About a year ago I started having low back and hip pain on my right side. Being a young, in-shape yoga teacher (wholly unwilling to admit anything might be seriously wrong) I simply ignored it and continued to practice yoga without modifications. And when it dawned on me that I had been in near constant pain for about a year — I felt more embarrassed than anything else. Not only did I feel some shame from getting an injury in the first place — let’s face it, likely from practicing yoga — but I was disappointed in myself that I had let it go on so long.
That shame eventually turned to anger. I felt duped — like I had taken a few too many sips of the yoga kool-aid and I came out the other side with a bum hip. I didn’t understand why my yoga practice wasn’t fixing my injury. After all, isn’t that what yoga is supposed to do? Magically heal all that ails us? What I really hated to admit was that all the yoga I was doing seemed to be making my injury worse.
It got to a point where I couldn’t deny that yoga (as I was practicing it) was standing in the way of my healing. Feeling confused and more than a little bitter, I stepped away from asana and turned toward a laundry list of healers and practitioners that I hoped could help.
What I had failed to understand then was that I could indeed practice yoga with my injury, and that yoga could help me heal. But there was a big caveat to that statement: I had to radically change my asana practice. And in order for that to happen, I had to let go of my ego and embrace those other seven limbs of yoga we asana-addicts often overlook.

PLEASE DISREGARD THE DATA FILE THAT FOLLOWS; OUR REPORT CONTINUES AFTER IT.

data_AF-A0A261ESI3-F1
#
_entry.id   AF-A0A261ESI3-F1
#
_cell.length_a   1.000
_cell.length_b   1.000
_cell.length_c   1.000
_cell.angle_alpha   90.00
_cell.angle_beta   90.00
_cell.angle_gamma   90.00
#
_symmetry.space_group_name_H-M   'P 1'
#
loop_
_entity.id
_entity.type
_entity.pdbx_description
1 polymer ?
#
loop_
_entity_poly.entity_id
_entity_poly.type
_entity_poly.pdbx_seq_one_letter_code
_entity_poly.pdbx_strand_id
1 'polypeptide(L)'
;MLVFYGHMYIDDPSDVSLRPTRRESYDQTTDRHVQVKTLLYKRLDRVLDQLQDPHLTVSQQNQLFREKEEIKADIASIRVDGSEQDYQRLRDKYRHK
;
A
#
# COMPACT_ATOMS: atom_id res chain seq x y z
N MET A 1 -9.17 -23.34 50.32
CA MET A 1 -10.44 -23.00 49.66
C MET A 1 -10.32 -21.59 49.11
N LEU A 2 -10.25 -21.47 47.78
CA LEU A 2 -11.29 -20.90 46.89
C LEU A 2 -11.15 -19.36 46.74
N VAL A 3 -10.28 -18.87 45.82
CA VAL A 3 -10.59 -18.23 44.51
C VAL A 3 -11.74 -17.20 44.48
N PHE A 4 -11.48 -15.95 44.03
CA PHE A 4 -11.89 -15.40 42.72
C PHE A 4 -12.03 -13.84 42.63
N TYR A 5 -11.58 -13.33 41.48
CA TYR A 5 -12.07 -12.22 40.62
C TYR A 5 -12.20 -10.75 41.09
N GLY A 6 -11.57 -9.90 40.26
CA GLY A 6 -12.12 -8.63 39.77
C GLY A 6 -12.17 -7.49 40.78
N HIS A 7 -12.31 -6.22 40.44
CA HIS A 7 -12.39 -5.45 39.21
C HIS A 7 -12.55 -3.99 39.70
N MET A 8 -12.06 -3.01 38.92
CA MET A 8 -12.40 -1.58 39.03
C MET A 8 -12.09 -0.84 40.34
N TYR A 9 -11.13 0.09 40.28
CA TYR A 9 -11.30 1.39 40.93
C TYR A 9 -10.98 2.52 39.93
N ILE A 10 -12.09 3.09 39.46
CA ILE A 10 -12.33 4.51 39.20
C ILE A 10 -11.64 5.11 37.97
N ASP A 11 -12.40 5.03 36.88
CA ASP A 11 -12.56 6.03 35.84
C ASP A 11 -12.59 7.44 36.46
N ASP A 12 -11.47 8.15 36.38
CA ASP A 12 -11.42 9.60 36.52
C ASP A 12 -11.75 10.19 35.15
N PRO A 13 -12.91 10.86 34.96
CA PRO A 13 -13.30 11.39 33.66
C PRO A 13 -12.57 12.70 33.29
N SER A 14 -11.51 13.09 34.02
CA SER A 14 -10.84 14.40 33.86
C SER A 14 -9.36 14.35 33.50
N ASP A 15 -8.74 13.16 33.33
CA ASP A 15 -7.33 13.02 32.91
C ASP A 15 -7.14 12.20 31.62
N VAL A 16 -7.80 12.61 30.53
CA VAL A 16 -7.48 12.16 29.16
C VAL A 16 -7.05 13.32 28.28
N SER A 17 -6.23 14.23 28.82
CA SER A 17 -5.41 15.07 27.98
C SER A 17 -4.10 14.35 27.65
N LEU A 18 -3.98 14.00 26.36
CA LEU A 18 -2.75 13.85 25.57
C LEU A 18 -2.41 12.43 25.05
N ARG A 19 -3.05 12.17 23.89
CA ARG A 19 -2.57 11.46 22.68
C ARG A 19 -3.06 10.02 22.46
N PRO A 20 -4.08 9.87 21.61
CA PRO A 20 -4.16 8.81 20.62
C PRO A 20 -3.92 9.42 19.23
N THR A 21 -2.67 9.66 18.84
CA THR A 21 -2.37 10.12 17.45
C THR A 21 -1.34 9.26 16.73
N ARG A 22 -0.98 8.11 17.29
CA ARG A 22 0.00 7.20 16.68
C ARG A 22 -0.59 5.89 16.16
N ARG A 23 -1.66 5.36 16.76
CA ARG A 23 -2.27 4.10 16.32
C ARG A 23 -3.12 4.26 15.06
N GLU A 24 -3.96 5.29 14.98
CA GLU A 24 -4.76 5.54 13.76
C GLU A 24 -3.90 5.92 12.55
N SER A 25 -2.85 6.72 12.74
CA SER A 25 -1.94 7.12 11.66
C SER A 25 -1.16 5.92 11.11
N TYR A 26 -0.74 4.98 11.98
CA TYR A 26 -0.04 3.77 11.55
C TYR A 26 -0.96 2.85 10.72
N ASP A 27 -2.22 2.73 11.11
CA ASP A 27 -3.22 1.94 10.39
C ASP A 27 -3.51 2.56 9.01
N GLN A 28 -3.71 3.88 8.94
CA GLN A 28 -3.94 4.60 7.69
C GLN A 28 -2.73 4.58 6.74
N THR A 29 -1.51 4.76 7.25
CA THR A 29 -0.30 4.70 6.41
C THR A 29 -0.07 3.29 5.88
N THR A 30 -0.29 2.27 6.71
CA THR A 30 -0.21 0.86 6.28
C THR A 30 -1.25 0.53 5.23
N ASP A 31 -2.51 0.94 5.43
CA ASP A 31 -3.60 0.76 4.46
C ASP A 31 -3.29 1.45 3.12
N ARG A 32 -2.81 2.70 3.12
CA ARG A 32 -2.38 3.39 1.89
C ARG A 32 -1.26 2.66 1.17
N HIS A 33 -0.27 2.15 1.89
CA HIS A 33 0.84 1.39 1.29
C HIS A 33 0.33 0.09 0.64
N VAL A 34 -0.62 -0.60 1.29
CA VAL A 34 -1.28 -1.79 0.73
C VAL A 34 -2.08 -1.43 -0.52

Instead of ardha chandrasanas and high-powered, sweaty lunge sequences, I was much better off starting my morning lying on my back and hugging my knees to my chest, massaging my sacrum and holding gentle hip stretches like figure four and happy baby. Instead of deep forward folds from standing, stretching my hamstrings with a strap was a much smarter, safer choice.
I still wasn’t going to class, but yoga was back in my life — and guess what? It helped! After just a week of my short, gentle yoga sequences, my muscles felt less tense, my angsty relationship with asana had softened and, yes, my pain was slowly leaving me.
It may seem contradictory, but I feel my experience relates most closely to the yogic principle of Abhyasa. Often, this word translates to mean “practice,” but can also be translated to mean “discipline.” Abhyasa goes hand in hand with another foundational yogic principle, Vairagya, or non-attachment.
I had mistakenly believed that my high-energy, sweaty yoga classes were a form of discipline — even when they were causing me pain. But that wasn’t discipline at all. If anything, for me, avoiding certain postures takes much more discipline and focus than participating in them. I’m sure other yogis can relate.
Truly, I can still practice abhyasa without the sweat, blood and tears. Through discipline, I remain committed to the practice of yoga. Through non-attachment, I can freely change my practice, let it be as gentle as it needs to be, and most importantly, I can heal.
Have you ever felt shame or confusion from injury in yoga? What has helped you heal?
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